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Yorkshire tie with Derbyshire in amazing RLC match at Emerald Headingley

Godelman hit his 3rd century in a row
©Cricket World / John Mallett

Brilliant Billy Godleman hit a third successive Royal London one-day Cup century as Derbyshire, chasing a revised target of 225 in 22 overs, and Yorkshire tied a thriller at Emerald Headingley.

A near three-and-a-half-hour afternoon rain delay meant Derbyshire, needing 17 off the last over and two off the last ball, were faced with a stiff target following early fireworks from the hosts, who posted 308 for two in 40 overs.

David Willey bowled the last over, with Godleman and Matt Critchley running a bye to the wicketkeeper off the last ball as Yorkshire tied their second game in their last three North Group outings.

Yorkshire would have surely surpassed their highest List A total of 411 for six but for rain.

Derbyshire then slipped to 10 for two in reply before captain Godleman and South African Leus du Plooy changed the game with a dynamic 135 partnership inside 13 overs.

Du Plooy hit five sixes in 75 off 37 balls before falling, only for Godleman to back up previous competition scores of 87, 116 and 106 by reaching his latest ton off 59 balls in the last over. 

He finished with 107 not out off 62, including six sixes.

Yorkshire have now won one, tied two and lost one of their first four North Group matches, while Derbyshire have won two, lost one and tied one in the race for a top three finish.

Each of the Vikings top four, Tom Kohler-Cadmore, Adam Lyth, Harry Brook and departing England limited overs international Willey, all posted half-centuries after the hosts elected to bat.

Kohler-Cadmore top-scored with 79 off 92 balls and Lyth hit two sixes in 78 off 60.

The opening pair shared 157 inside 24 overs to give their side the ideal platform on an excellent pitch.

Lyth was first to go, top-edging a pull at Ravi Rampaul to Sam Conners running in from long-leg. 

Conners had earlier struck Lyth on the head with a bouncer.

Kohler-Cadmore had hit a similarly measured 97 in Sunday’s thrilling Roses defeat, but he missed out on a century again when he slapped Critchley’s leg-spin to extra cover, leaving the Vikings at 167 for two in the 27th.

Then came the fireworks, led initially by Willey, who will link up with  England for a training camp this weekend before the World Cup.

Willey smashed three of six sixes in the Vikings innings and reached 50 off 39 balls before finishing with 72 not out off 49.

Unbeaten Brook, 59 off 40, reached his half-century off 36, the 20-year-old backing up an opening round century in victory over Leicestershire.

Willey and Brook had shared 141 inside 14 overs for the third wicket - a Yorkshire record for that wicket in matches against Derbyshire - when the rain arrived, with 113 of those coming in what turned out to be the final eight overs of their innings.

Lyth’s off-spin then accounted for Luis Reece, stumped, before Willey had Wayne Madsen caught at deep square-leg.

But then came the stunning turnaround, as Godleman and du Plooy targeted the leg-side with great success against an off colour home attack who regained composure just in time thanks to tight overs at the death from Willey, Duanne Olivier and Steve Patterson.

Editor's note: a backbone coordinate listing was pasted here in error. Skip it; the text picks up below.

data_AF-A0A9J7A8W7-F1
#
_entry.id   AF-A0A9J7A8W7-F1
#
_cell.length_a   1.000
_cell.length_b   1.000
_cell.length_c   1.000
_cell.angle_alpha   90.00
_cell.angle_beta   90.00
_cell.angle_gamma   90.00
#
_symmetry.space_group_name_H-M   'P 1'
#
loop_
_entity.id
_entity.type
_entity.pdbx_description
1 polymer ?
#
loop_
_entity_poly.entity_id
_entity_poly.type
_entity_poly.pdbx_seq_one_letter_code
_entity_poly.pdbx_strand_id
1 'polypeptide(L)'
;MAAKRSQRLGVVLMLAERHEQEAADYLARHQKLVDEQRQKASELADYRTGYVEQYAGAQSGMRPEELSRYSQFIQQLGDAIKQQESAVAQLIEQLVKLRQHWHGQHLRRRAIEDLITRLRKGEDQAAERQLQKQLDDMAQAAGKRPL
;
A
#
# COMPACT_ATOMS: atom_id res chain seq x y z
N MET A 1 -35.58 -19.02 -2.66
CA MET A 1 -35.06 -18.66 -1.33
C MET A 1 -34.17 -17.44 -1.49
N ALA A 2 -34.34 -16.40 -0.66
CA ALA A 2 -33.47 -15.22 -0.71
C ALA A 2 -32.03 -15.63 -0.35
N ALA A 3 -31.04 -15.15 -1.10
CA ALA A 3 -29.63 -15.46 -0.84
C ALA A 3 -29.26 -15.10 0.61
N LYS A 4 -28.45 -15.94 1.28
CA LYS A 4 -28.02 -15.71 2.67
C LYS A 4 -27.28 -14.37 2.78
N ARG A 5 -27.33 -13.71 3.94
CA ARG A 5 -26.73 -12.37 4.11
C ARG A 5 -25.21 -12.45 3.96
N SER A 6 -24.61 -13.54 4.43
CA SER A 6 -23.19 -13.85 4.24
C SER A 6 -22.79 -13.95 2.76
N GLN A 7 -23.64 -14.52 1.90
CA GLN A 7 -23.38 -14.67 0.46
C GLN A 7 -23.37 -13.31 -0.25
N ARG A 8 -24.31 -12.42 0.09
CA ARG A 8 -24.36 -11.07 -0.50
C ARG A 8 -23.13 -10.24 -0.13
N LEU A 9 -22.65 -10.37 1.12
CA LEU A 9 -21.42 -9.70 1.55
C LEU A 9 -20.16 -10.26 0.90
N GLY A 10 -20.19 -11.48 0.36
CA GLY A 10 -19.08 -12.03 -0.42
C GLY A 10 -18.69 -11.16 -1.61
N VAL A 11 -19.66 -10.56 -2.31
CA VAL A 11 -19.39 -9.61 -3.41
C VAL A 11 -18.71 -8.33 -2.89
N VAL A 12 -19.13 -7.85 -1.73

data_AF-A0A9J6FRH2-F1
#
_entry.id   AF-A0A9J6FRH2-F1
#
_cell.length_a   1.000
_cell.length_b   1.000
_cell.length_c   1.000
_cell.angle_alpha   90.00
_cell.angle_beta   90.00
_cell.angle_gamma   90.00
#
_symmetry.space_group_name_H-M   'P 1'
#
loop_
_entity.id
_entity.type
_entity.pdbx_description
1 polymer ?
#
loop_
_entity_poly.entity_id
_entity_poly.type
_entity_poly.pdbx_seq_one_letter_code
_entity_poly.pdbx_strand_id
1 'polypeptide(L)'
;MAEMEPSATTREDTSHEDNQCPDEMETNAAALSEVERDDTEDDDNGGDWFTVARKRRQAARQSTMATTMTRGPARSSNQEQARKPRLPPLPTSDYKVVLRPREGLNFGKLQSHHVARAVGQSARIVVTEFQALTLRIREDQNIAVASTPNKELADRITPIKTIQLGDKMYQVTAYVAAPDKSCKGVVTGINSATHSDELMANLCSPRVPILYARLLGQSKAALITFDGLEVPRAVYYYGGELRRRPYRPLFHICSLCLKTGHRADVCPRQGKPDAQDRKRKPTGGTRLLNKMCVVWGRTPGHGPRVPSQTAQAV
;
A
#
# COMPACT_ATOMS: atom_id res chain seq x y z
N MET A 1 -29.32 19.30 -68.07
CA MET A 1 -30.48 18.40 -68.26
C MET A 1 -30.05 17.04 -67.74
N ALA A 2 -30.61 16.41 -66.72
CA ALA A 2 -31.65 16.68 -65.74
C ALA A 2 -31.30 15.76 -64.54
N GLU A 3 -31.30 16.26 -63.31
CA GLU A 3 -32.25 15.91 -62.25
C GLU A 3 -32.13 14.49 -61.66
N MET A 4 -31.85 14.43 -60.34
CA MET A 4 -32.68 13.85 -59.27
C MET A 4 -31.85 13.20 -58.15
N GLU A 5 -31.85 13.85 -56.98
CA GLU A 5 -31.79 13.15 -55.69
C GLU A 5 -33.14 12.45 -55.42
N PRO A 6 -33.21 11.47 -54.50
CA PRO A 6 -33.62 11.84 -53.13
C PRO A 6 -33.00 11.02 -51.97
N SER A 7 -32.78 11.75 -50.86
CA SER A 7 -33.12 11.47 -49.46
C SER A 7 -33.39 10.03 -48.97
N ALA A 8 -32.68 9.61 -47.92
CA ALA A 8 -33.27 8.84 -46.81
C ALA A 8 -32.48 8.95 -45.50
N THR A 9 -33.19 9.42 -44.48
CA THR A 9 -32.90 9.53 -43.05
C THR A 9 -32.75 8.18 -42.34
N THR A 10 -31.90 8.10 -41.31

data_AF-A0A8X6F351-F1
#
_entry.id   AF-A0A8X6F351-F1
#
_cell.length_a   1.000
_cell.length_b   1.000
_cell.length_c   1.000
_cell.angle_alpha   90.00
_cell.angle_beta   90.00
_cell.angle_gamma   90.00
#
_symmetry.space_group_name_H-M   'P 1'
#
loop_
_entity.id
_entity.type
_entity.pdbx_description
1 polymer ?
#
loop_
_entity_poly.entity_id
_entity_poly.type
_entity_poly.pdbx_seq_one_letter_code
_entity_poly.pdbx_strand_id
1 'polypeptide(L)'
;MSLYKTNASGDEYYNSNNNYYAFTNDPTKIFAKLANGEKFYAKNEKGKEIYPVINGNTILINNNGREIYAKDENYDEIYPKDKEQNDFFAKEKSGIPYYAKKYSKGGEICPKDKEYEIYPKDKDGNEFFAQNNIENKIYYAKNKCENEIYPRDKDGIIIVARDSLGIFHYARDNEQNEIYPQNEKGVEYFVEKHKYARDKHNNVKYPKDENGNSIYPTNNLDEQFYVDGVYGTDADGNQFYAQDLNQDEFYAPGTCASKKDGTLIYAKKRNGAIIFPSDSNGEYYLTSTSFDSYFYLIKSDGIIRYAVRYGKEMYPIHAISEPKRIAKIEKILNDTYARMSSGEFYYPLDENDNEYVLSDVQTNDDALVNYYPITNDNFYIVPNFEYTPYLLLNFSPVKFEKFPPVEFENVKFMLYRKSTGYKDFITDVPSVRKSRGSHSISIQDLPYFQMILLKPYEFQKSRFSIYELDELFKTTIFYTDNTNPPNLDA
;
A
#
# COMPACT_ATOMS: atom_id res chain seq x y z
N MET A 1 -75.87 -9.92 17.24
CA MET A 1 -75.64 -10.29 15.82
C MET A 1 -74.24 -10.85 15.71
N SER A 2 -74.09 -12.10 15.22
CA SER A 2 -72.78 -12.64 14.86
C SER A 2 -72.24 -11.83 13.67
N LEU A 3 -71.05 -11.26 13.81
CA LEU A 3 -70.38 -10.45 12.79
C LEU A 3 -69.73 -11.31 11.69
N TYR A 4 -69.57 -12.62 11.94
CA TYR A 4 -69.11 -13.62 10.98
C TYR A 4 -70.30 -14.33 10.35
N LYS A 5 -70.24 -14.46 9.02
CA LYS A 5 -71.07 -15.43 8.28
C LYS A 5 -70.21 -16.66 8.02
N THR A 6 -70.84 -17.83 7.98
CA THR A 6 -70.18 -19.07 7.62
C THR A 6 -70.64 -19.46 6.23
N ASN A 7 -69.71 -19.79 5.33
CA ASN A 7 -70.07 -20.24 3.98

Godleman reached 50 off 28 balls after du Plooy’s had come off 24. 

The latter holed out to Lyth, leaving the score at 145 for three in the 15th over, only for Critchley to help Godleman set up the mayhem at the death.

Godleman is the first Derbyshire batsman to score three successive List A centuries.

Derbyshire batsman Leus du Plooy 


"It's a bit of a mixed bag at the moment. Overall, we can be really proud of that effort. If someone had told us at half-time we'd tie, I think we'd all be over the moon. 

"It was an amazing effort from Billy at the end to soak up all of that pressure. He showed a lot of composure and guts throughout the innings. 

"It's a pity it didn't go our way this time and we won with the last ball, but that's cricket. That's the beauty of it. I'm sure we'll take a lot of positives going forward into the rest of this one-day Cup.

"It wasn't the best start for us with the bat, but it's always bound to happen when you're chasing 10 or 11 an over. I prepared myself mentally in the dressing room for that. Then, I just tried to keep it as simple as possible and not think too much about the situation of the game."


Yorkshire captain Steve Patterson 


"It's frustrating when rain plays a part in the game. With 10 overs to go, only two wickets down, we felt we were in a really strong position. We were looking to get somewhere around 400, which was definitely a winning score out there. 

"Then the rain came. 225 off 22 overs, it is what it is. Whether you agree with it or not, that's the target.

"Still, with the players we've got, we should have been capable of defending that score. On this occasion, we weren't good enough to do it.

"100 percent, it's a point lost. Absolutely. In the field we were poor and dropped a number of half chances. Our lack of awareness stopped us taking other chances we probably should have done.

"Had we taken some of those, we'd have killed the game very early.

"Also, with the quality of bowlers we've got, I think we can bowl better than that. It's very frustrating to play half the game at such a high level in terms of the batting - it's some of the best we've seen all year - and then to be so below par in the field and with the ball."


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